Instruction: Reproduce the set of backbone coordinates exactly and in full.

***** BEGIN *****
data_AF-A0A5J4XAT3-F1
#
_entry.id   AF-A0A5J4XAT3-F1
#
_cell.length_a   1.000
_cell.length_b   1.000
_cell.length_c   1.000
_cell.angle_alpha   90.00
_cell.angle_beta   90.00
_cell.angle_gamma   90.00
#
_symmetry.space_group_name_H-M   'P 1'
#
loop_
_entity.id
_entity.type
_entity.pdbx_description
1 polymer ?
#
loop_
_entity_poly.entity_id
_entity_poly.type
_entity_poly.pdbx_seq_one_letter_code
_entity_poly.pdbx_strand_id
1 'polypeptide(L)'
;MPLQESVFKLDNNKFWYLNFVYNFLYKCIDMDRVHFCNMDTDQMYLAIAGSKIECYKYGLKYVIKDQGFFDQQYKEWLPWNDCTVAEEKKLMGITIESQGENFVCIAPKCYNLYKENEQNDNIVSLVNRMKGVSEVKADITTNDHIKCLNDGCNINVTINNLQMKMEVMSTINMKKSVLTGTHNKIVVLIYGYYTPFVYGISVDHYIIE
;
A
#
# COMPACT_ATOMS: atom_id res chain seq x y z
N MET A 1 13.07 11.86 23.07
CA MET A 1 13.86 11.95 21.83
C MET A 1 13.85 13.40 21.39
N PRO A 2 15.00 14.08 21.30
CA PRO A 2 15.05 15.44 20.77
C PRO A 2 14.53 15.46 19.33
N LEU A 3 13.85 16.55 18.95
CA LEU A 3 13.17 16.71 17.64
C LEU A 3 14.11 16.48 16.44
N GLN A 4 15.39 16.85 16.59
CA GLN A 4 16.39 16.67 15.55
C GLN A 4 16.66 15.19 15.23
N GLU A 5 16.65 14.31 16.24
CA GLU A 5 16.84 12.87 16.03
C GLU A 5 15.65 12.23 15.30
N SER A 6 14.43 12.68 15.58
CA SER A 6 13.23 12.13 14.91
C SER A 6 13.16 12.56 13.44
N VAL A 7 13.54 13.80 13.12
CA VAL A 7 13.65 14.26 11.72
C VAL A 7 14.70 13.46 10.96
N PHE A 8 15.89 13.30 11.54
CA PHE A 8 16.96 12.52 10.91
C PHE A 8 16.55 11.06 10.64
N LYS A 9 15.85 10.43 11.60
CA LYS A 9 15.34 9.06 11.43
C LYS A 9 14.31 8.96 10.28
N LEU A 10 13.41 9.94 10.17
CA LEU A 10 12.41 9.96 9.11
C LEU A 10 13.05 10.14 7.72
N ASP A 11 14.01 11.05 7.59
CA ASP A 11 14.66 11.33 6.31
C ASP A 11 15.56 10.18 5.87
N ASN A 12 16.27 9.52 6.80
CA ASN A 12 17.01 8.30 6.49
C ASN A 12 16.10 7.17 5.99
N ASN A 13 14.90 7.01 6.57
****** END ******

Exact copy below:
data_AF-A0A5J4XAT3-F1
#
_entry.id   AF-A0A5J4XAT3-F1
#
_cell.length_a   1.000
_cell.length_b   1.000
_cell.length_c   1.000
_cell.angle_alpha   90.00
_cell.angle_beta   90.00
_cell.angle_gamma   90.00
#
_symmetry.space_group_name_H-M   'P 1'
#
loop_
_entity.id
_entity.type
_entity.pdbx_description
1 polymer ?
#
loop_
_entity_poly.entity_id
_entity_poly.type
_entity_poly.pdbx_seq_one_letter_code
_entity_poly.pdbx_strand_id
1 'polypeptide(L)'
;MPLQESVFKLDNNKFWYLNFVYNFLYKCIDMDRVHFCNMDTDQMYLAIAGSKIECYKYGLKYVIKDQGFFDQQYKEWLPWNDCTVAEEKKLMGITIESQGENFVCIAPKCYNLYKENEQNDNIVSLVNRMKGVSEVKADITTNDHIKCLNDGCNINVTINNLQMKMEVMSTINMKKSVLTGTHNKIVVLIYGYYTPFVYGISVDHYIIE
;
A
#
# COMPACT_ATOMS: atom_id res chain seq x y z
N MET A 1 13.07 11.86 23.07
CA MET A 1 13.86 11.95 21.83
C MET A 1 13.85 13.40 21.39
N PRO A 2 15.00 14.08 21.30
CA PRO A 2 15.05 15.44 20.77
C PRO A 2 14.53 15.46 19.33
N LEU A 3 13.85 16.55 18.95
CA LEU A 3 13.17 16.71 17.64
C LEU A 3 14.11 16.48 16.44
N GLN A 4 15.39 16.85 16.59
CA GLN A 4 16.39 16.67 15.55
C GLN A 4 16.66 15.19 15.23
N GLU A 5 16.65 14.31 16.24
CA GLU A 5 16.84 12.87 16.03
C GLU A 5 15.65 12.23 15.30
N SER A 6 14.43 12.68 15.58
CA SER A 6 13.23 12.13 14.91
C SER A 6 13.16 12.56 13.44
N VAL A 7 13.54 13.80 13.12
CA VAL A 7 13.65 14.26 11.72
C VAL A 7 14.70 13.46 10.96
N PHE A 8 15.89 13.30 11.54
CA PHE A 8 16.96 12.52 10.91
C PHE A 8 16.55 11.06 10.64
N LYS A 9 15.85 10.43 11.60
CA LYS A 9 15.34 9.06 11.43
C LYS A 9 14.31 8.96 10.28
N LEU A 10 13.41 9.94 10.17
CA LEU A 10 12.41 9.96 9.11
C LEU A 10 13.05 10.14 7.72
N ASP A 11 14.01 11.05 7.59
CA ASP A 11 14.66 11.33 6.31
C ASP A 11 15.56 10.18 5.87
N ASN A 12 16.27 9.52 6.80
CA ASN A 12 17.01 8.30 6.49
C ASN A 12 16.10 7.17 5.99
N ASN A 13 14.90 7.01 6.57